"The mont precious, undeveloped as.
,ct of nny nation is Its children. An all
wise God through the law of nature has
committed this precious tieasuro In a
special manner to the mother. Women
cannot vote Intelligently unless they give
time to an Intelligent study of political
questions, and all such time taken from
fS.'ui TnTAio, , wltlio
'!?.. K ..,.i..?.
the household will he Injurious to tho
t giving tn tho
present generation any appreciable
benefit in the purifying of the ballot.
"When I deprecnte female suffrngo I
am pleading for the dignity of woman, I
nm contending for her honor, I nm strlv
Ing to perpetuate those peerless pre
rogatives Inherent In her sex, those
charms and graces which exalt woman
kind and make her tlie ornament und
coveted companion nf man. Woman is
queen Indeed, nut ner empire is the
domestic kingdom, The gieatest polltl
cal triumphs she could achieve In public
llfo fade Into Inslgnltlcanco compared
with the serene glory which radiates
from the domestic shrine and which she
Illumines and warms by her conjugal
nnd motherly virtues."
Rx-Nrnntor Ilnnt's VleiTi,
Former Senator Root's nrgtiment
against womnn suffrage was based on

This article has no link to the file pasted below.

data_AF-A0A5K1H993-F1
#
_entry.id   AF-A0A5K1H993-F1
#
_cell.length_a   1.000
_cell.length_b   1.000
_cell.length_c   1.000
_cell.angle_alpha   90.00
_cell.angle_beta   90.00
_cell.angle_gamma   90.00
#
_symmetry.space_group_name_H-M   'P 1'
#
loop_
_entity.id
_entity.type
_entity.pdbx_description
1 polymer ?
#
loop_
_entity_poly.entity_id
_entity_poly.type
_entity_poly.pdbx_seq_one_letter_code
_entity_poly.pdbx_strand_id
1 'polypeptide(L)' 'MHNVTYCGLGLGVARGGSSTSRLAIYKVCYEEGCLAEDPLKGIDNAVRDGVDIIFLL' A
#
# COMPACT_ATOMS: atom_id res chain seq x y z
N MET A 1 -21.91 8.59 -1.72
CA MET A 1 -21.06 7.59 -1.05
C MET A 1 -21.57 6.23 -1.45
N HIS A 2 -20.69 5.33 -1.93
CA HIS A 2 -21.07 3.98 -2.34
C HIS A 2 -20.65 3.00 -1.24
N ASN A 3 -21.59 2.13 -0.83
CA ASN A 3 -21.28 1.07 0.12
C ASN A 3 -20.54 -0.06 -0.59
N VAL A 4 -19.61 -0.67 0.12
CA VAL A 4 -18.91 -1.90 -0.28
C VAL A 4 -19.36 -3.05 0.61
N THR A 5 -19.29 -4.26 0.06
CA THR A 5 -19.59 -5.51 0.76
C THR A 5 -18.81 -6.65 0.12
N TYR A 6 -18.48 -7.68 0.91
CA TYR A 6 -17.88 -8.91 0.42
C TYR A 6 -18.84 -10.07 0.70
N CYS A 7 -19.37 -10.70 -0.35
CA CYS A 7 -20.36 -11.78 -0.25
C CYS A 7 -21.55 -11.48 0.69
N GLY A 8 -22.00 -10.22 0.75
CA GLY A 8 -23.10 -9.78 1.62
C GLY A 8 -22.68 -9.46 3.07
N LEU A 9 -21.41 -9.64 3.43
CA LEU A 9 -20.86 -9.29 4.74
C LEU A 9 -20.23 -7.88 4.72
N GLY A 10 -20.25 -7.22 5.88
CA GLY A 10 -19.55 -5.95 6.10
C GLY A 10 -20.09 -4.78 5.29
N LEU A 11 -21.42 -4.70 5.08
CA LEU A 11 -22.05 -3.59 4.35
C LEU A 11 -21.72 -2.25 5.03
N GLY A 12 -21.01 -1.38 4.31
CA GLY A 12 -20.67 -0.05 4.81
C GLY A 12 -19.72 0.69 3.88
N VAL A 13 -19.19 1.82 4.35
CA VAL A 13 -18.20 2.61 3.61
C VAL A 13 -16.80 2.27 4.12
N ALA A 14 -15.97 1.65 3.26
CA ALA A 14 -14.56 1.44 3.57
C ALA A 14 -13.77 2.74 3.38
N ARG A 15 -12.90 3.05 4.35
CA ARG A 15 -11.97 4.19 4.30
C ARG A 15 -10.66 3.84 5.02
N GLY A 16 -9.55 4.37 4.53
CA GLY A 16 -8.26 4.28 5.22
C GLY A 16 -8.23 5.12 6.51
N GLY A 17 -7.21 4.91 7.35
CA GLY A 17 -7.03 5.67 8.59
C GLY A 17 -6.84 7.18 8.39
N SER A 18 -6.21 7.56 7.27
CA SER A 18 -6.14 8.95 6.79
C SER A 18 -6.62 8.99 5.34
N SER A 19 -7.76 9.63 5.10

his opposition to "having the Constitu
tion of the United States amended so as
tn Impose woman suffrage on the States
which do not wish for It,"
,"lt is n destruction of tho right of
pelf-government and a subjection of the
people of New York to the government
nf others," Senator Root continues.
"Having failed to secure tho assent to
womnn suffrage nf such States ns South
Dakota nnd West Virginia and Ohio and
New York and Pennsylvania, the advo
cates of woman suffrage now seek to
compel such States to accept It against
their will and to compel them to carry on
their local government and eelect their
representatives in the national Govern
ment In conformity to the opinions nf
the people nf other Stntes who are In
fnvor of woman suffrage.
I think such an attempt is contrary
to the principles of liberty upon which
the American union wan established and
without which It cannot endure."
SOLDIER VOTES $22.75 EACH.
That Will Be the Cost Merely to
Cnnnt Them In Westchester.
The Westchester Board of Klectlons
at While Plains tecelved yesterday the
votes of 220 soldiers from Westchester
county cast on the Mexican herder. It
Is going tn cost the county more than
$5,000 to canvass the 220 ballots, or
about $22.75 n vote.
It will be necessary to reconvene the
election board s in every district where u
soldier claims his residence, Kach eleu
tlon olflcer will draw $10 a day, West
Chester gave 12,000 Republican plurality.
nr. Heath's Kaauraa satisfying thirst
CARDINAL MERGER IS HELD
A PRISONER IN HIS PALACE
Germans Reported to Have Acted Against Belgian
Primate for Utterances on Protest of De
portations Warned to Desist.
AusTiruiAM, via London, Dec. 7.
Cardinal Mercler, Primate of Belgium,